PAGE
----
MSVU remembers 14 women killed at École Polytechnique

Click to play video: 'Mount Saint University marks 33rd anniversary of École Polytechnique shooting'
Mount Saint University marks 33rd anniversary of École Polytechnique shooting
Mount Saint Vincent University held a service on Tuesday to mark the 33rd anniversary of the mass shooting that took place at École Polytechnique in Montreal. The service is one of many taking place across the country to honor the lives that were lost. Skye Bryden-Blom has more. – Dec 6, 2022

A sombre service was held on Tuesday at Mount Saint Vincent University to mark the 33rd anniversary of the École Polytechnique massacre.

It was one of many being held across Canada to remember the lives lost on Dec. 6, 1989, when a gunman motivated by a hatred for women killed 14 female students at the Montreal engineering school.

White roses were laid at a commemorative plaque on that campus, while in Halifax the names of those who lost their lives rang out in a classroom at MSVU.

Students, faculty and community members gathered at the Mount to reflect on the tragedy.

Tegan Zimmerman, the chair of MSVU’s Alexa McDonough Institute (AMI), says they paired the commemorative ceremony with a group discussion to draw attention to the issues women continue to face.

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“It’s clear to me that we haven’t learned our lessons from the past that violence is still happening,” she says. “It’s happening on an everyday basis in our province, in our country and across the globe.”

Guest speakers from the Transition House Association of Nova Scotia say the pandemic has escalated domestic violence cases, adding the “stay the blazes home” messaging was quite difficult for those Nova Scotians living in unsafe environments.

“During the pandemic, we really saw an increase in the demand for our services because women and their families were forced to isolate with their abusers,” provincial co-ordinator Ann de Ste Croix says.

“And we also saw an increase in the reported severity of violence as well, so as we stayed in isolation for longer periods of time, that violence escalated. Unfortunately, there was a huge demand for our services during the pandemic and that hasn’t really slowed down.”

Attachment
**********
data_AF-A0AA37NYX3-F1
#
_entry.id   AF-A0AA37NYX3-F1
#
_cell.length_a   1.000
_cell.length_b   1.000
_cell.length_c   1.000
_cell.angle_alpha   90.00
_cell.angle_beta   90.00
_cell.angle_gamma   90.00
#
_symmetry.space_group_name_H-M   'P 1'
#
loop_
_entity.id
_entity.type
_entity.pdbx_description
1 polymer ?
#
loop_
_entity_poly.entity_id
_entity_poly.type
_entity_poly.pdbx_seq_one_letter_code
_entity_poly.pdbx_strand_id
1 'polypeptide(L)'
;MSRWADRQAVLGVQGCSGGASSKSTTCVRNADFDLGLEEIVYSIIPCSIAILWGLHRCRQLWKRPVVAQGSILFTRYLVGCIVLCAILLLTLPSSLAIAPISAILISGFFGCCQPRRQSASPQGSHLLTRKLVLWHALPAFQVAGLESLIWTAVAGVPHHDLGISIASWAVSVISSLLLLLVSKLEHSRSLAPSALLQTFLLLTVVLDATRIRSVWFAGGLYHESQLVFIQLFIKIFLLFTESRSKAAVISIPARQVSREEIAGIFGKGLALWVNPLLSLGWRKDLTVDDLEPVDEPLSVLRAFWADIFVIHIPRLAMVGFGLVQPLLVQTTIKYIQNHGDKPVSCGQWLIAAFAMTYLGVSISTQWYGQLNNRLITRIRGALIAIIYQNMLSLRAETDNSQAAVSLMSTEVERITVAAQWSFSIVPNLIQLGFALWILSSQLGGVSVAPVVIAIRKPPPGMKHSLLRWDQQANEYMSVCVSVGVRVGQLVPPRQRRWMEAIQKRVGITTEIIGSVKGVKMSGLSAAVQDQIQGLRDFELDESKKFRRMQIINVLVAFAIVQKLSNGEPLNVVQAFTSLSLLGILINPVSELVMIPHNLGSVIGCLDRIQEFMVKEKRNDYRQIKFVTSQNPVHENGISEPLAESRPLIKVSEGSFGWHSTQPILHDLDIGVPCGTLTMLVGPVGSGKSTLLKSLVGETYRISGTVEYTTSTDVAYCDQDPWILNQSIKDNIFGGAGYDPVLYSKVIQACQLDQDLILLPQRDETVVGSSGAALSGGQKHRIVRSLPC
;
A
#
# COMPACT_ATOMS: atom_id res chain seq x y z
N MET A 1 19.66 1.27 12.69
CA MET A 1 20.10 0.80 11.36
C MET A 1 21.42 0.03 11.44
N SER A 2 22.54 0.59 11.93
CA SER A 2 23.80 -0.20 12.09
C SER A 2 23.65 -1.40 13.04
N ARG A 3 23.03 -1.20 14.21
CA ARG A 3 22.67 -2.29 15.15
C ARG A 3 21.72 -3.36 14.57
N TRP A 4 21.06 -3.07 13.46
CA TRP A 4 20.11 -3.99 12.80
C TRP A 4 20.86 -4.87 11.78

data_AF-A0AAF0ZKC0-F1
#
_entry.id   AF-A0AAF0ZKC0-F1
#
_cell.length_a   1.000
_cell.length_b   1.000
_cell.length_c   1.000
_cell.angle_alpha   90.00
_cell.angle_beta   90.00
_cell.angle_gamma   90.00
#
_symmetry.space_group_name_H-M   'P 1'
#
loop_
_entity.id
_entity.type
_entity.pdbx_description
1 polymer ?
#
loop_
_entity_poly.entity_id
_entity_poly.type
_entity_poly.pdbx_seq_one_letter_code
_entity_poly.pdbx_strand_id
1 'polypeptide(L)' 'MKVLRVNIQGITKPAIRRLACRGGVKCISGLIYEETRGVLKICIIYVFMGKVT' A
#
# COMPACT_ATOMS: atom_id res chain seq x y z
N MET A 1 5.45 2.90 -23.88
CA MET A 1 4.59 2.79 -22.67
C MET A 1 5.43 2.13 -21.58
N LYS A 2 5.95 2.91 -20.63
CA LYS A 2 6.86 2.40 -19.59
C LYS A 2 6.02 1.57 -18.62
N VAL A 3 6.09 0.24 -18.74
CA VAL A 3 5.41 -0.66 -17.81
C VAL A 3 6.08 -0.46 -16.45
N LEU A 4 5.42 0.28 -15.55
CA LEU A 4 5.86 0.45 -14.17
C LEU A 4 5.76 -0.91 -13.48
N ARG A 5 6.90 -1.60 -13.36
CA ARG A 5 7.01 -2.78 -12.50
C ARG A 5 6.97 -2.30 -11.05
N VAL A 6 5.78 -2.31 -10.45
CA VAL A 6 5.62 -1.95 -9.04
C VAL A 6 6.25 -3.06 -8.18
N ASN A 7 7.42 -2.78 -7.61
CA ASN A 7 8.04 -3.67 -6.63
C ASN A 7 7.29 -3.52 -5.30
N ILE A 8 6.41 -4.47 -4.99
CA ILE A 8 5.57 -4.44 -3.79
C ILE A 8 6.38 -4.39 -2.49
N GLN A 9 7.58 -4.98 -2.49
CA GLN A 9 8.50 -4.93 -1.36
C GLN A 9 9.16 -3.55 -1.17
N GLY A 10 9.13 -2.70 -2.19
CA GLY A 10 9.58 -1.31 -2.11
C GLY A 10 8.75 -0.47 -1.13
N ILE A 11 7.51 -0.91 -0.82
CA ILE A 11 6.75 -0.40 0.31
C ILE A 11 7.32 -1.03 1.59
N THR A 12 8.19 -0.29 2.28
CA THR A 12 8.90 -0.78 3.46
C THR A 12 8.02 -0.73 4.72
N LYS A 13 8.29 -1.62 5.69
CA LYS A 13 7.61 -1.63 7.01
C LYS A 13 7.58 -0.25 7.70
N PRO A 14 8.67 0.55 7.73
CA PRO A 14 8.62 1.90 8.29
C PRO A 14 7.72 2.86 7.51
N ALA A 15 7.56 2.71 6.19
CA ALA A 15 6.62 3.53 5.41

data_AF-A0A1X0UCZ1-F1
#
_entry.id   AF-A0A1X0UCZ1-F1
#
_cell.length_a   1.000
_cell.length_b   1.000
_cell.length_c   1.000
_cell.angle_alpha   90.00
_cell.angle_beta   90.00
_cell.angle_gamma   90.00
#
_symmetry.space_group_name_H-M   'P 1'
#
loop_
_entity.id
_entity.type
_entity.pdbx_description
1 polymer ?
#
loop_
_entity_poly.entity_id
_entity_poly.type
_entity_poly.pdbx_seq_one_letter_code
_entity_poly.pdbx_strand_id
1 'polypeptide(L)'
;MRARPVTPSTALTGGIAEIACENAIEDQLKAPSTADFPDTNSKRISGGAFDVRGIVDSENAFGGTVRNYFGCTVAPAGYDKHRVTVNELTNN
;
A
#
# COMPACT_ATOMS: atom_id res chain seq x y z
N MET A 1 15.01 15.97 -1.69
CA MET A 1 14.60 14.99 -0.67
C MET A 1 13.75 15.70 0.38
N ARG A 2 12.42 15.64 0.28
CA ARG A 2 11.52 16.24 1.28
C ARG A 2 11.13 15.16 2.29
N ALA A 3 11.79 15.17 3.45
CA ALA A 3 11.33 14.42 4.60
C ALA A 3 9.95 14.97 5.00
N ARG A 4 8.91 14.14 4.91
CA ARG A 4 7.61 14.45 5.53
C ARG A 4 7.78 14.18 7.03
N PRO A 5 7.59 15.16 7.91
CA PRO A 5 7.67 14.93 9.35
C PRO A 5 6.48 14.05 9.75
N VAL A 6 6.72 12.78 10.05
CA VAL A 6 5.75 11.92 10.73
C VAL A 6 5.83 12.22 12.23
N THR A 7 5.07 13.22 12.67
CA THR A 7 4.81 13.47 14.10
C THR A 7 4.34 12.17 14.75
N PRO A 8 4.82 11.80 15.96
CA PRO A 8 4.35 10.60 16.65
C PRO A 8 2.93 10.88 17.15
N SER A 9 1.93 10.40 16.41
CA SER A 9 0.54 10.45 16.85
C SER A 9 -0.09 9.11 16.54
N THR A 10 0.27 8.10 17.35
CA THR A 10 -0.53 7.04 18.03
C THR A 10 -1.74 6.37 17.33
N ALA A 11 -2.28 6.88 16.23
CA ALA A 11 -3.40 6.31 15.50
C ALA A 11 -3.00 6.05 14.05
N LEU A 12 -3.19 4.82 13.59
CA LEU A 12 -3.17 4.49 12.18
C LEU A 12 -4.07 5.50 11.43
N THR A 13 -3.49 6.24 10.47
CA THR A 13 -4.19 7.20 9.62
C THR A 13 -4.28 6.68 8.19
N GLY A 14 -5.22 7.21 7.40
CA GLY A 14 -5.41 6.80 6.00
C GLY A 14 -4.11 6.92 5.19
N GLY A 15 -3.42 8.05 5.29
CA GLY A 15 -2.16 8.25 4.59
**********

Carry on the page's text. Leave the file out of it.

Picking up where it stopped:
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She adds that women also face challenges when it comes to finding an affordable place to live, which can cause some to stay in abusive situations longer because they have nowhere else to go.

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De Ste Croix estimates it can take anywhere from 20 to 30 applications for a rental unit before some of the women they provide services to are able to find somewhere affordable and safe to live.

Provincial NDP Leader Claudia Chender spoke at the commemorative service, pointing to the #MeToo movement and the mass shooting in Portapique in 2020 as reminders more needs to be done to eliminate violence against women.

“I think here in Nova Scotia that also gained a sharper focus as the events in Portapique began to be revealed, and through the Mass Casualty Commission, and as we understand the role of gender-based violence in that mass casualty event and also in others,” Chender says.

MSVU student and AMI program assistant Mankiran Kaur says it’s important for the community to remember the École Polytechnique tragedy.

“It is very important to reflect on our history and what has happened throughout so that the things that are not right, we can make those corrections so they never happen again,” Kaur says.

Dec. 6 marks the National Day of Remembrance and Action on Violence Against Women.

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